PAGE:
“Ever do a virgin? I know you want to...”
While apartment-hunting, photojournalist Nick Eliot (Cary Elwes) stumbles upon a quaint guesthouse owned by a middle-aged couple (That ‘70s Show’s Kurtwood Smith and Gwynyth Wash). Soon after settling in, their fourteen-year-old daughter, Darian (Alicia Silverstone in her first major role), insinuates herself into Nick’s life, becoming a constant and inescapable presence. With her ever-present smile and flirtatious demeanor, it’s quite clear she’s developed an intense infatuation with her new neighbor. As they always do, things start out innocently enough, with Darian appearing on his doorstep at odd hours, giving him little gifts, making “casual” phone calls (one of which to reveal she’s begun her menstrual cycle), and sunbathing, in a very revealing swimsuit, well within eyeshot of Nick’s window. Events take an ugly turn when Darian realizes her love is destined to go on unrequited, and an even uglier turn when Nick begins dating a colleague (Jennifer Rubin). What begins as an innocent adolescent crush quickly becomes a deadly obsession, as Nick discovers how dangerous this fourteen-year-old girl can be, especially when she doesn’t get what she wants.
Okay, so The Crush isn’t a B-film. It’s not even a cult classic. It is, however, one of my favorite Fatal Attraction-style thrillers and the film that spawned my decades-old adoration of the gorgeous Alicia Silverstone. I also chose The Crush because of its interesting history. It’s rarely mentioned that the movie was loosely inspired by a true story and screenwriter Alan Shapiro based the script on his own experiences. He even gave the film’s antagonist the same name as the girl who, at one point, made his life very unpleasant.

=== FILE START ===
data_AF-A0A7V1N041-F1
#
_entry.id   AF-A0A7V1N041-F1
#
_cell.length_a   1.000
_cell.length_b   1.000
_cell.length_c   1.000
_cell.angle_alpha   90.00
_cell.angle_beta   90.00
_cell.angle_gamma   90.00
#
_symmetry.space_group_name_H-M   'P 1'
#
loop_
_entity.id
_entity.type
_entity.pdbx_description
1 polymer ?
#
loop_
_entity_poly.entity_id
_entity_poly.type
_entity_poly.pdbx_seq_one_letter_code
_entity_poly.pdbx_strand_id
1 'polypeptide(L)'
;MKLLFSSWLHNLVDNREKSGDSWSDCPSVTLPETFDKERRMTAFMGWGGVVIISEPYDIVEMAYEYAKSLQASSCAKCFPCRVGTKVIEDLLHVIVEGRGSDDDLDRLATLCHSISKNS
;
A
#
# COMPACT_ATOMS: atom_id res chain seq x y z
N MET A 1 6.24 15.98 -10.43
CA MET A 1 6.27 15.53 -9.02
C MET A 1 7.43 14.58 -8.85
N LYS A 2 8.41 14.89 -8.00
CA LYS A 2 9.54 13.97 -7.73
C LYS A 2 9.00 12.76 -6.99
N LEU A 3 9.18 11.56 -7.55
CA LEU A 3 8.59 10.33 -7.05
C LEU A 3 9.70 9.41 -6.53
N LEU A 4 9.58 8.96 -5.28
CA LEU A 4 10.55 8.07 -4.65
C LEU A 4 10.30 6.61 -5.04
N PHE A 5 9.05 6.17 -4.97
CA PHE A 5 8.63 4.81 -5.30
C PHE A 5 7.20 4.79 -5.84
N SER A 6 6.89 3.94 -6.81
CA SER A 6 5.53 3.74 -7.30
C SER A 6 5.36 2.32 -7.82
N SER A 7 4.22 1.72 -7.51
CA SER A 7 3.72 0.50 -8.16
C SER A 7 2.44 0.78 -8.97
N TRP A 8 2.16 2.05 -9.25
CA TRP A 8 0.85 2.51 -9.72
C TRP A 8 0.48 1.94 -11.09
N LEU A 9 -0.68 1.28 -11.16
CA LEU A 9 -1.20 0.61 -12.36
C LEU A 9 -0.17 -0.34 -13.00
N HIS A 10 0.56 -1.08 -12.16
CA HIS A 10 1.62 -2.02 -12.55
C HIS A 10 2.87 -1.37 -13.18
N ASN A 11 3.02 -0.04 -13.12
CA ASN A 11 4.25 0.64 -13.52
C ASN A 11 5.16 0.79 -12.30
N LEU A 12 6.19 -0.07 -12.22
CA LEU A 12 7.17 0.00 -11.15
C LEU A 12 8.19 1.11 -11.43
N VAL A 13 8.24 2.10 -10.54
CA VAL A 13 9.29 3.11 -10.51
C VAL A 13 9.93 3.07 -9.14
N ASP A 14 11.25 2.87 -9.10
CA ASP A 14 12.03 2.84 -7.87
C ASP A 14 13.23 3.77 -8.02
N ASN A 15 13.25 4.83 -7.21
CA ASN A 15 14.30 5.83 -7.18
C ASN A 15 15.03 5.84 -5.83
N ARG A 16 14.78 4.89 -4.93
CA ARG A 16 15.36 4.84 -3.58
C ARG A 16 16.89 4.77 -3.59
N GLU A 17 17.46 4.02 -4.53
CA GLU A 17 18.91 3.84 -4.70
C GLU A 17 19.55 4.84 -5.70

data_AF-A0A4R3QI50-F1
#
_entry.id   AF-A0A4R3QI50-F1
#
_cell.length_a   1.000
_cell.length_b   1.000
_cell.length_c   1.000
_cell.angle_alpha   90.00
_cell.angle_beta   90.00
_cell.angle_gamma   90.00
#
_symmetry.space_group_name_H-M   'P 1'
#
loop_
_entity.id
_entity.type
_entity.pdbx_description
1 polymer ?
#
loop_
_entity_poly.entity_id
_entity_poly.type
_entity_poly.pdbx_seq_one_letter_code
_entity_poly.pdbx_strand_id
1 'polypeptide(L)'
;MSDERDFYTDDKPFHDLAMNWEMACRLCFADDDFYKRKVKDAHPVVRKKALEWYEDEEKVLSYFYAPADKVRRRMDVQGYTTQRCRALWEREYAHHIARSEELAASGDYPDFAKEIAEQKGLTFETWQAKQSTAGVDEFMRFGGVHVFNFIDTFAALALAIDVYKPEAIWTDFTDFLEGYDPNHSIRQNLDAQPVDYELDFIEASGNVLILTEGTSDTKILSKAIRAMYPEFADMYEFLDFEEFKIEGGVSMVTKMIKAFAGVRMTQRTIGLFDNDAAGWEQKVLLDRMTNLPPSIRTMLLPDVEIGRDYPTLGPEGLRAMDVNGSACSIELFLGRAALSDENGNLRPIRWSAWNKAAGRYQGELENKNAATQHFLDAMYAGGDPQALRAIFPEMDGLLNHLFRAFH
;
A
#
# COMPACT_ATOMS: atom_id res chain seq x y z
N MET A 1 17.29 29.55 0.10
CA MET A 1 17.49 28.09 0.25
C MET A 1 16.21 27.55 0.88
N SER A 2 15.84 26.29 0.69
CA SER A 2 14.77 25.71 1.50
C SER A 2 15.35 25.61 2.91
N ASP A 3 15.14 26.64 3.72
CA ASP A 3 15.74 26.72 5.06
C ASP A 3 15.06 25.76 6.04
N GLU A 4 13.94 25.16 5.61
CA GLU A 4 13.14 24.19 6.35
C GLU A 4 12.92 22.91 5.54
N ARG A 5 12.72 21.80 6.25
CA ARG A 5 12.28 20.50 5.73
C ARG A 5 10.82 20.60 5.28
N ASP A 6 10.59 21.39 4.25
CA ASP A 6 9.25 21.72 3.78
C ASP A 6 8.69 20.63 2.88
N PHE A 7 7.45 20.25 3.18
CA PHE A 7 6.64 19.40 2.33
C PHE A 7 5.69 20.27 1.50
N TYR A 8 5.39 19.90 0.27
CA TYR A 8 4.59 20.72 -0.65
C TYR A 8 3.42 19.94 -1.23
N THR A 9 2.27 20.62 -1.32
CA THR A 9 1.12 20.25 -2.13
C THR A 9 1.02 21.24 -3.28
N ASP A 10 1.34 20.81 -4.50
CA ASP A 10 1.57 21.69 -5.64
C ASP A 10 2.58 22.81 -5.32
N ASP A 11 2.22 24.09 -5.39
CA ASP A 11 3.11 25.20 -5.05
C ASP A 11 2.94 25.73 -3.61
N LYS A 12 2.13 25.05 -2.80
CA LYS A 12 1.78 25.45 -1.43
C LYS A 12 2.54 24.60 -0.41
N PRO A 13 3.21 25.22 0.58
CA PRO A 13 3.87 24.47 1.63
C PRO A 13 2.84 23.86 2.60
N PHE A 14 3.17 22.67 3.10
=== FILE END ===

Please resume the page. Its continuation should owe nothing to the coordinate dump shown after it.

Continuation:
I suspect Shapiro elaborates on this during his on-camera interview, as well as on the commentary track featured on Scream Factory’s new Blu ray/DVD combo, but sadly, I cannot confirm this, as I refuse to buy this release. As a matter of fact, I refuse to watch any version other than the original Warner Bros. VHS. Why? Because all subsequent releases of the film were (poorly) dubbed to remove any/all mentions of the name “Darian,” replacing it with “Adrian.” This was due to a lawsuit orchestrated by the real-life Darian, who saw the film as defamatory. I elaborate on this, as well as other bits of trivia, during the actual commentary.
Since we live in a hyper-sensitive age, where anything can be misinterpreted, especially on the Internet, I felt compelled to include a disclaimer explaining a moment during the episode (in particular, during the scene in which Darian files false sexual assault charges against Nick), where I make some odd comments and laugh sort of inappropriately. Just in case I didn’t make myself clear during the recording of the episode, I wanted to state here that I WAS NOT laughing about or making light of rape or sexual abuse of any kind. I WAS NOT poking fun at anyone who’s fallen victim to sexual assault of any kind. Most importantly, I WAS NOT trying to insinuate that all women who make sexual assault claims are lying. The point I was trying to make (and I don’t think I did a very good job of it) was that girls like the Darian character, i.e. girls who make false claims, are one of the main reasons those who’ve actually been abused are reluctant to come forward. They fear they won’t be believed and, in many cases, fear those reporting the crime will assume they’d “asked for it.” I was laughing AT MYSELF because it was late, I was more than a little slap happy, and couldn’t clearly verbalize my thought. I was laughing at being so tongue-tied, NOT at anything involving sexual abuse. Now that my conscience is clear, please enjoy this edition of B-Movie Bonanza.